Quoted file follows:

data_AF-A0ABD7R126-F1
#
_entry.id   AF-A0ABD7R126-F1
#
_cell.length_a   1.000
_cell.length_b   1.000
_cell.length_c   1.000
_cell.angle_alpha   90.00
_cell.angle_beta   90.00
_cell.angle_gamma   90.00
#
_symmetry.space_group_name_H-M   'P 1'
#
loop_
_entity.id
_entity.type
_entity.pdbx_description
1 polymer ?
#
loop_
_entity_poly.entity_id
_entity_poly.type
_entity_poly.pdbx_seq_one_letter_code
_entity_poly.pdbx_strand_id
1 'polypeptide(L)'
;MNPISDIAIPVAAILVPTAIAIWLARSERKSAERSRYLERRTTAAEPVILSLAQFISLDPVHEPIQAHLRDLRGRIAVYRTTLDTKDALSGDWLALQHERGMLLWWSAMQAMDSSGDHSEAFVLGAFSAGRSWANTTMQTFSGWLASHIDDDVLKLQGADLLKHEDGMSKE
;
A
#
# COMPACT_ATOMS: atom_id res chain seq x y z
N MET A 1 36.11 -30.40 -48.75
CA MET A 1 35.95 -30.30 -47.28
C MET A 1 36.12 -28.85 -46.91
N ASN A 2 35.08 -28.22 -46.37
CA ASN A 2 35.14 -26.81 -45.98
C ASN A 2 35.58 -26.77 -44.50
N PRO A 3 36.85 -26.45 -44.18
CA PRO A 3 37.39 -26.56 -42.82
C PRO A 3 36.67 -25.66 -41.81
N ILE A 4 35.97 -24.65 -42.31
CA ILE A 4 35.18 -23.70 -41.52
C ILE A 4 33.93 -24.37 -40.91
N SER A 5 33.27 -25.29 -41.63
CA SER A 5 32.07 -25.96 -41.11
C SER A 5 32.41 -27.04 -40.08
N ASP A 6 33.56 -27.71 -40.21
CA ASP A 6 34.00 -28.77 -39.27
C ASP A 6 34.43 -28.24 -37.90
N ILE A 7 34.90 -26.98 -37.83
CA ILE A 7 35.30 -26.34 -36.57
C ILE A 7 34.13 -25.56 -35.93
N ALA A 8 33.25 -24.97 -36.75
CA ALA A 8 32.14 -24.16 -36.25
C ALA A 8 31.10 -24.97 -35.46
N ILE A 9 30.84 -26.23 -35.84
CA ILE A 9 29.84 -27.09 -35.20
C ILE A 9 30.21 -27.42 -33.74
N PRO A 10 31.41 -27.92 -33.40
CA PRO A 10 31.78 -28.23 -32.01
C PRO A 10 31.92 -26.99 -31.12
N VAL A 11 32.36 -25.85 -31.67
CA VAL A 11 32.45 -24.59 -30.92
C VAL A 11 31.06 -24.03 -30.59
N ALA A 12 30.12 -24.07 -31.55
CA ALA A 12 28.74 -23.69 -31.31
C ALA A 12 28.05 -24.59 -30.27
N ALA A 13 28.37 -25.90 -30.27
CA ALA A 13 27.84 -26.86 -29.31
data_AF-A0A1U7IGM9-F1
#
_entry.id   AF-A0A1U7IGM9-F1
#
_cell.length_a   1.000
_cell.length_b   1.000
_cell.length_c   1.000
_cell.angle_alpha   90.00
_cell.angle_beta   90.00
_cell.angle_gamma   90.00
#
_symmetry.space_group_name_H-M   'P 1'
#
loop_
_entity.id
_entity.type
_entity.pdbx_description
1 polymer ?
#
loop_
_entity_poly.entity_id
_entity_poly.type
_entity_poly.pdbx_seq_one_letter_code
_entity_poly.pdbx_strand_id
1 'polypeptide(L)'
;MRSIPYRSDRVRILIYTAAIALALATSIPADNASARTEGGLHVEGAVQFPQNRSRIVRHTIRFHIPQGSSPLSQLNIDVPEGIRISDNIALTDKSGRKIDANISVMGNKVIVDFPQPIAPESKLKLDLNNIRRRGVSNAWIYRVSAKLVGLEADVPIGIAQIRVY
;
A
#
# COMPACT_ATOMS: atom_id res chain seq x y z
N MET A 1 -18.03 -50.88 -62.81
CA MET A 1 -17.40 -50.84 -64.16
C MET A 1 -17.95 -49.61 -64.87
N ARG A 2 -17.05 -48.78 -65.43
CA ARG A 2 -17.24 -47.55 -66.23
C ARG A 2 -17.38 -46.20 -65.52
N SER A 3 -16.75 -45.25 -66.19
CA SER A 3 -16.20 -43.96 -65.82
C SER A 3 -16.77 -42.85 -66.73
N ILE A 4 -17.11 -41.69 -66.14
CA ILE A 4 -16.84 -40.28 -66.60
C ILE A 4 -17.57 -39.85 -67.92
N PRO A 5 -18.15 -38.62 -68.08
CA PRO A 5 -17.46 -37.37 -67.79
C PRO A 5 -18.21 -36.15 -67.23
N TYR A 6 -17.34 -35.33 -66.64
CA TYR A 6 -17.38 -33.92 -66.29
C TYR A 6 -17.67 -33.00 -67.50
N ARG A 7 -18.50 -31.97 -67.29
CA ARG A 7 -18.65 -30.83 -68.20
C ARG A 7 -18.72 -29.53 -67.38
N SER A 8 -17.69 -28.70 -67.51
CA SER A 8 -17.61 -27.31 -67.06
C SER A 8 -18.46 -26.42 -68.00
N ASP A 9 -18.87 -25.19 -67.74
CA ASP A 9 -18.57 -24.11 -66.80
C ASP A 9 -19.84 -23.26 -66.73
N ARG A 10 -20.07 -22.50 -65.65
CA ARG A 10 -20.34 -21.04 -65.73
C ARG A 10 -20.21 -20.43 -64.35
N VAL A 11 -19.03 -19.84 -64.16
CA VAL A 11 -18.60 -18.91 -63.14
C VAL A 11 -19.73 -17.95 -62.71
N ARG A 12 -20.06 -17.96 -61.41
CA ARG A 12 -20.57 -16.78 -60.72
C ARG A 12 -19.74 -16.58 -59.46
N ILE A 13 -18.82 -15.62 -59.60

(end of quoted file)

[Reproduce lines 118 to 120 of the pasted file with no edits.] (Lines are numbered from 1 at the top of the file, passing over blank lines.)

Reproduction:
CA ARG A 7 -18.65 -30.83 -68.20
C ARG A 7 -18.72 -29.53 -67.38
N SER A 8 -17.69 -28.70 -67.51